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    Power Functions™ presentation
    Article written in collaboration with Didier Enjary

    February 2009 update: Richard Forster-Pearson sent me schematics and photos of the Power Functions lights.

    July 2008 update: Brian Davis opened a XL motor, his photos details the dual stage planetary gear reduction.

    June 2012 update: Victor Sluiter made measurements Power Functions protocol, his findings are here.

    He is also building a small form factor IR receiver.

     

    January 2008: LEGO release the infra-red protocol used by Power Functions

    Here is the notice accompanying the document:

    Last year we introduced a range of products using our new electronic building system: LEGO Power Functions. This new electronic building system will open up a lot of possibilities now and in the future. One of the new things we offer now is modular remote control. In the process of designing the Power Functions RC system we did a mapping of different RC functionalities. This mapping formed the basis of the Power Functions RC protocol and most of this is built into the Power Functions RC Receiver. The RC Handset launched now provides direct 'bang-bang' control, but the RC Receiver supports much more functionality like PWM speed control and single pin operation.

    Now that the Power Functions elements are available at the LEGO Shop online we have decided to release the Power Functions RC protocol as open source.

    Please feel free to use any information from the protocol document for personal, non-commercial use only, provided you keep intact copyright, trademarks and other proprietary rights of the LEGO Company - have fun.

    Gaute Munch, Technology Product Manager, LEGO Company

    October 2009: LEGO release update 1.1 of the infra-red protocol used by Power Functions

    Here is the notice accompanying the document:

    The LEGO Group has released a new version of the LEGO Power Functions RC Receiver (identified by a short blink on the green LED when power is connected). The new version of the RC Receiver supports all functionality of the LPF RC protocol and we have added a command to access the extra address space.

    We are hereby offering you an updated version of the LPF RC protocol documentation. Please feel free to use any information from the protocol document for personal, non-commercial use only, provided you keep intact copyright, trademarks and other proprietary rights of the LEGO Group.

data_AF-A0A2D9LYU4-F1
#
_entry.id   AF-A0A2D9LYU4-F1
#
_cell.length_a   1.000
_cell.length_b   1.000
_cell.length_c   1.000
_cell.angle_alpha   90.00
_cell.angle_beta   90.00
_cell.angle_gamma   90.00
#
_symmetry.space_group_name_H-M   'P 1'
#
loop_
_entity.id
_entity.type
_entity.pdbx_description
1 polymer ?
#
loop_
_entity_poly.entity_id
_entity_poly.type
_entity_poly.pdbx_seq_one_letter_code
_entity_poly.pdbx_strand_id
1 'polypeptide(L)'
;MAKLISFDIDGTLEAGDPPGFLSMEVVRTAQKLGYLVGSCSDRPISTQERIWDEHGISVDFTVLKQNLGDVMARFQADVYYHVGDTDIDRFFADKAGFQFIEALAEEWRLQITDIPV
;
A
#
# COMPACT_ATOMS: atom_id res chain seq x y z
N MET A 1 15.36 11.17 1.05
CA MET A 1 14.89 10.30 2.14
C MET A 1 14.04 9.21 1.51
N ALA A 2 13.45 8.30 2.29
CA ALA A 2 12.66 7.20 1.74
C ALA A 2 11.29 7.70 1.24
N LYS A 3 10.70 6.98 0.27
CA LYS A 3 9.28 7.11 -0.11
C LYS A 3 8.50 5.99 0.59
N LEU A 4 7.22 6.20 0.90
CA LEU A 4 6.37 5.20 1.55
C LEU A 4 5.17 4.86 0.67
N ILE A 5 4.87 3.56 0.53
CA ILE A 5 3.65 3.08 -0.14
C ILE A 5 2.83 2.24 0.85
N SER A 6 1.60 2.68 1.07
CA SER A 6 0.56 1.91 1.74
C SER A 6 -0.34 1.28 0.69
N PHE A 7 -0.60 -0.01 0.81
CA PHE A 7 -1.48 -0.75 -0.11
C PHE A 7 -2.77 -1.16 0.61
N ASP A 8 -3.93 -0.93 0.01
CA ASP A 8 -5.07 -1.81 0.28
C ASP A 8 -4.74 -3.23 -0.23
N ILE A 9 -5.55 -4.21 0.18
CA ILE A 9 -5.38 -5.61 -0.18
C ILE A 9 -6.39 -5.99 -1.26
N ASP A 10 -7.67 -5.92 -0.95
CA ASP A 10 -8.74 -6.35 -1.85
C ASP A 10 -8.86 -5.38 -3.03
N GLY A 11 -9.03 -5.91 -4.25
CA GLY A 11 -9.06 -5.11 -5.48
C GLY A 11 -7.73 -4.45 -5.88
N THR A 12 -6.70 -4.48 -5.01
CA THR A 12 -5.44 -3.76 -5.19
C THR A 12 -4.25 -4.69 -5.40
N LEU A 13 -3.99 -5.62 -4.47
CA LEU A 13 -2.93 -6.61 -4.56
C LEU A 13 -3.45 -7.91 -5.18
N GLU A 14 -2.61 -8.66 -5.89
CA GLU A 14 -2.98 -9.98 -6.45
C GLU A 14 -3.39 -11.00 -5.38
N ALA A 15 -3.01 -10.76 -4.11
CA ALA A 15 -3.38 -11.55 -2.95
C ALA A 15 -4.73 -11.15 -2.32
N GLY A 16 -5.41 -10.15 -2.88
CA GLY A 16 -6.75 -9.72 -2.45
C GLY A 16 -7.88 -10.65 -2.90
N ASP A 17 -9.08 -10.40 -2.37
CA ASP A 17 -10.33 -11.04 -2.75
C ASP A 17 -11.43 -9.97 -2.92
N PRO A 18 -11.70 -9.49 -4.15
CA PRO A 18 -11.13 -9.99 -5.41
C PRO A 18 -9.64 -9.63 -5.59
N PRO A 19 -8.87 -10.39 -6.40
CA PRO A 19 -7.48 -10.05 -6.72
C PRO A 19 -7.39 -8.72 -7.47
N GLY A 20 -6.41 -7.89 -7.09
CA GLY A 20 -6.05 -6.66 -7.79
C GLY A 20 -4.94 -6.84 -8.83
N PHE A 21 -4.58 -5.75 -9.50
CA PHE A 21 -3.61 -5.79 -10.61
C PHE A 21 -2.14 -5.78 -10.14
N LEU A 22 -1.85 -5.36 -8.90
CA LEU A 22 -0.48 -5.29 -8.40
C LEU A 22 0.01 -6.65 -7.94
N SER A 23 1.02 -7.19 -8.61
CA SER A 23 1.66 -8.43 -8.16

Gaute Munch, The LEGO Group

    Additional notes:

    • The new version of the RC Receiver supports all functionality of the LPF RC protocol including ‘single pin mode’.
    • The product code is the same #8884 – the new item number is 4566735.
    • Orders through LEGO shop online for #8884 will provide the new version.

    March 2010: LEGO release update 1.2 of the infra-red protocol used by Power Functions

    LEGO Power Functions RC Version 1.2 (PDF, 370kb)

    For reference purpose, previous 1.0 version (PDF, 400kb) and previous 1.1 version (PDF, 340kb)

     

    Power Functions is the new electric building system by the LEGO company released in 2007 in TECHNIC and Creator sets. The Power Functions family is composed of remote control (RC) elements, motors and a brand new type of electrical plug and wire. Let us introduce the family members.

    The battery box powers the system. A green light indicate that the power is on. The orange control switch can be pushed in either side driving a motor in either direction. In the middle position power is turned off. The plug is of female type and in the whole system, female plugs are the feeding plugs just like the domestic AC plugs are. The battery box needs to be filled with 6 AA-size batteries.

     

    The motors are internally highly geared down, turning slowly and delivering high torque. See the technical measurements in the second part of this presentation, and in the 9V motors comparison page. They receive power through an attached cable. There are two types of motors : a medium one and an XL one.

    The medium motor fits both studded and studless elements as shown in the illustration. It is 6L long and 3L wide and tall.

    The XL motor is studless only and its diameter is 5L wide.

    The RC handset and receiver work together, the handset sending IR signals to the receiver. The RC system has 4 channels and you will find channel selectors on both the remote and receiver.
    They need to be set on the same channel. If needed you can control several receivers from a single handset by moving channel selector.

    The receiver has two outputs, red and blue coded, corresponding to the two control buttons on the handset. This way you can independently control up to 8 different functions in your models. Just like the motors, the receiver is powered through a cable. As the battery box, the outputs plugs are of the female type.

    The RC handset also include two small black direction switches on each side of the channel selector, below each control buttons. They allow you to flip the direction of the corresponding output. The handset has to be filled with 3 AAA-size batteries.